The study is the first to show efficacy of escitalopram over placebo for menopausal hot flashes. It extends the results of other SSRI and SNRI trials for hot flash treatment,11–20 and confirms a small pilot study of escitalopram as an effective treatment for hot flashes.35 Notably, women who were not depressed or anxious responded swiftly to escitalopram, with significantly greater improvement compared to placebo after one week of treatment. Although the precise mechanism is unknown, the rapid improvement and demonstrated efficacy in non-depressed women suggest that the mechanism may differ from the action of SSRIs/SNRIs in psychiatric conditions. Evidence indicates that estrogen is strongly involved in the serotonergic system, supporting postulates of the role of serotonin receptors in the pathogenesis of hot flashes.36
Meta-analyses of previous trials of SSRIs/SNRIs concluded that serotonergic agents are effective for women with breast cancer, many of whom were concurrently treated with tamoxifen, but there was insufficient evidence for these medications in naturally postmenopausal women.8 The present study confirms that escitalopram is an efficacious treatment for hot flashes in menopausal women without other severe illness or co-therapy and could be considered a first-line agent for these women.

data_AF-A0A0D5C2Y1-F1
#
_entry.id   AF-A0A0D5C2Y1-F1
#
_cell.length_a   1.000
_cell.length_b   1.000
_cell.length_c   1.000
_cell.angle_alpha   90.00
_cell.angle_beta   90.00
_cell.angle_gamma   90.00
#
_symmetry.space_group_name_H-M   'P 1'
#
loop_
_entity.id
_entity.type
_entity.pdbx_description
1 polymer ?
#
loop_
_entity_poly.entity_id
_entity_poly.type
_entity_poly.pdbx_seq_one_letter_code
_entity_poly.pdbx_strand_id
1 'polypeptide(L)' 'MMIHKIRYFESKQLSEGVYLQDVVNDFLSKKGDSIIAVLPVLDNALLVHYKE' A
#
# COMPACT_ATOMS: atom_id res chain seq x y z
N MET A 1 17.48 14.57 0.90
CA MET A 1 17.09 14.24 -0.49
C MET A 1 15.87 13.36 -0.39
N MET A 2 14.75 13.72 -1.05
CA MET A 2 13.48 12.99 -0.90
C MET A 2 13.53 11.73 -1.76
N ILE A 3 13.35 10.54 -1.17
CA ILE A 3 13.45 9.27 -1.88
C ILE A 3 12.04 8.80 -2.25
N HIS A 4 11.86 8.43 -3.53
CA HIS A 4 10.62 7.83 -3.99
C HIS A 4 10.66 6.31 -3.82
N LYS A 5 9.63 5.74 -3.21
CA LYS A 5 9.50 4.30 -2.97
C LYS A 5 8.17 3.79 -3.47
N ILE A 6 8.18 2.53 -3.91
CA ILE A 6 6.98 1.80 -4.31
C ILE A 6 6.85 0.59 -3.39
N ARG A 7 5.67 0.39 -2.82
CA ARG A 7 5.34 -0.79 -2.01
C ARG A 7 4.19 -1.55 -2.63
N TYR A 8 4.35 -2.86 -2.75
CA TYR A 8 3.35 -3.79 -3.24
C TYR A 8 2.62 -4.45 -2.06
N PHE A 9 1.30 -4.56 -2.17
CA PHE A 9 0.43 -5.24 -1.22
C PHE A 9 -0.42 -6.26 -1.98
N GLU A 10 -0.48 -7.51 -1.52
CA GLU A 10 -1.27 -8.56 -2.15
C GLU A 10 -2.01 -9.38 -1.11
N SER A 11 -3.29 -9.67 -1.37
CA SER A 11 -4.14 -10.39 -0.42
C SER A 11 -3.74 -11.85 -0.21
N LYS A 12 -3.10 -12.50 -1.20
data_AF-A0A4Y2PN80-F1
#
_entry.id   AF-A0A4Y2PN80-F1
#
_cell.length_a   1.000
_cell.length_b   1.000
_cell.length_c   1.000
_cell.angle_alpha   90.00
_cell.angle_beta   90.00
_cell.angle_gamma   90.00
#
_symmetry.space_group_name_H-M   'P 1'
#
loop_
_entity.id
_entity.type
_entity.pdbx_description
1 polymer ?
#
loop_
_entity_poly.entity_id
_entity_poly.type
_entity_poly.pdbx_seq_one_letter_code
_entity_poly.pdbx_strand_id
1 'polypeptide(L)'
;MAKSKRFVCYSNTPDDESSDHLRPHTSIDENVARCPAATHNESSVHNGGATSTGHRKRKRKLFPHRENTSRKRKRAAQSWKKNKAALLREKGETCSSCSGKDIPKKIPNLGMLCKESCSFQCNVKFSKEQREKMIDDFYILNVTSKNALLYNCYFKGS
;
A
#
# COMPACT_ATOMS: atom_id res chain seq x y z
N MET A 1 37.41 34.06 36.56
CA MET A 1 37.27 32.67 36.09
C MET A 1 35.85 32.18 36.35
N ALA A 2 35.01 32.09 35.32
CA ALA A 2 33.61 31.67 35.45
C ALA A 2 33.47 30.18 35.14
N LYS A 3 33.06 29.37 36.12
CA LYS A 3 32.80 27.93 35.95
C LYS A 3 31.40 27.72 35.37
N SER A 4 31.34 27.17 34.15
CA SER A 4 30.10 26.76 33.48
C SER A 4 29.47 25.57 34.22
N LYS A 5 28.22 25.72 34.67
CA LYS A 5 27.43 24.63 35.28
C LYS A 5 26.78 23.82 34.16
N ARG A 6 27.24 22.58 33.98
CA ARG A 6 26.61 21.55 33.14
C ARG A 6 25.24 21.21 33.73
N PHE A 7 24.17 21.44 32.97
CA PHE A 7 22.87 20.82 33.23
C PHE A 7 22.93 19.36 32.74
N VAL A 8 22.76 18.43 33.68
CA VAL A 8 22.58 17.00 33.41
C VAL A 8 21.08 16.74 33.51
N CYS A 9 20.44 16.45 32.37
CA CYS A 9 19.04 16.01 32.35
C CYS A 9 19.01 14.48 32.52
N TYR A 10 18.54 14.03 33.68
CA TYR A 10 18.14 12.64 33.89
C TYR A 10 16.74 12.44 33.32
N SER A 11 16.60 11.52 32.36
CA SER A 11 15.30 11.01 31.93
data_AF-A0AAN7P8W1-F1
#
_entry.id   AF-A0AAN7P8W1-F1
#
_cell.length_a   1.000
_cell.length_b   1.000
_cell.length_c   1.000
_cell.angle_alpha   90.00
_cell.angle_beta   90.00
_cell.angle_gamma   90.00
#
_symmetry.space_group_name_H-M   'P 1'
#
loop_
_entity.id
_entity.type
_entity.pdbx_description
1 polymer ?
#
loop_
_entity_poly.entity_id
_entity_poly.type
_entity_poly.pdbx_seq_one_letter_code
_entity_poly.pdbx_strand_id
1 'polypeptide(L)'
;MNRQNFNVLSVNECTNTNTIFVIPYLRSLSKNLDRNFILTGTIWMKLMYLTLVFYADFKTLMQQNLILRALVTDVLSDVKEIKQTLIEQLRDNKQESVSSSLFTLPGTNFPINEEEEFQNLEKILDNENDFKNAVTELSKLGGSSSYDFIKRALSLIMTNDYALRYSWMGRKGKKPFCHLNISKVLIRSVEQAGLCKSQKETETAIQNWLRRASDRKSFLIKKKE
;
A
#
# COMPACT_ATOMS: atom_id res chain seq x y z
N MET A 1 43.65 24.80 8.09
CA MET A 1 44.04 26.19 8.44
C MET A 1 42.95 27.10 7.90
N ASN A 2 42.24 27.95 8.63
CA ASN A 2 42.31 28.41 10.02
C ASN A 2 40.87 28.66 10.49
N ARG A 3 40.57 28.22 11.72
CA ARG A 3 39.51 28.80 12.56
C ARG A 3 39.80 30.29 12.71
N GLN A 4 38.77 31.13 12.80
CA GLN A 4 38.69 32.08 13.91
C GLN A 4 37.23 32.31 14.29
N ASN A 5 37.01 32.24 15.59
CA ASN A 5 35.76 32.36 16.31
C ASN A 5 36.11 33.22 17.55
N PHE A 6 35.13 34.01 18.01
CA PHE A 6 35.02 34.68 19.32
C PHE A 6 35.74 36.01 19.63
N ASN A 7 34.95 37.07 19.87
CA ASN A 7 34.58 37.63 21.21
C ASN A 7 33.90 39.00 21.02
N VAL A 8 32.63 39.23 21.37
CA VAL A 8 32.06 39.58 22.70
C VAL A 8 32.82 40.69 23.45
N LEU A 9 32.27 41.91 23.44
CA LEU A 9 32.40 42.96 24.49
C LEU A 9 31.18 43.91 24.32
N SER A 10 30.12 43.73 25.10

An important consideration for all menopausal therapies is medication tolerance and side effect profile. While a majority reported common side effects of escitalopram after initiating treatment, there were no serious AEs and only 7 women on escitalopram stopped due to AEs. Forty-four percent improved at the starting dose (10 mg/day). Another 11% who were unimproved after 4 weeks improved with a single dose increase to 20 mg/day. Although response to the initial dose might continue to increase with time, a dose increase is a reasonable option, based on the evidence that it was well-tolerated and promoted improvement for some women.
To our knowledge, this is the first clinical trial to examine whether there are racial differences in response to SSRI treatment for hot flashes. Some but not all reports indicate that more African American than white women report hot flashes,23–25, 37–40 but race had no significant effect on the response to escitalopram in the present study.
Limitations of the study should be considered. Although an 8-week treatment interval is brief, other data indicate that this interval is sufficient to determine long-term efficacy of a non-hormonal compound.41, 42 We selected potential modulating factors of treatment response based on previous reports and the aims of this study, but other factors associated with treatment response likely exist. This was a randomized, community-based sample, but the participants may be a select group who were motivated to seek treatment. The findings are from urban, healthy, African American and white menopausal women and may not be generalizable to other geographic, racial or clinical groups.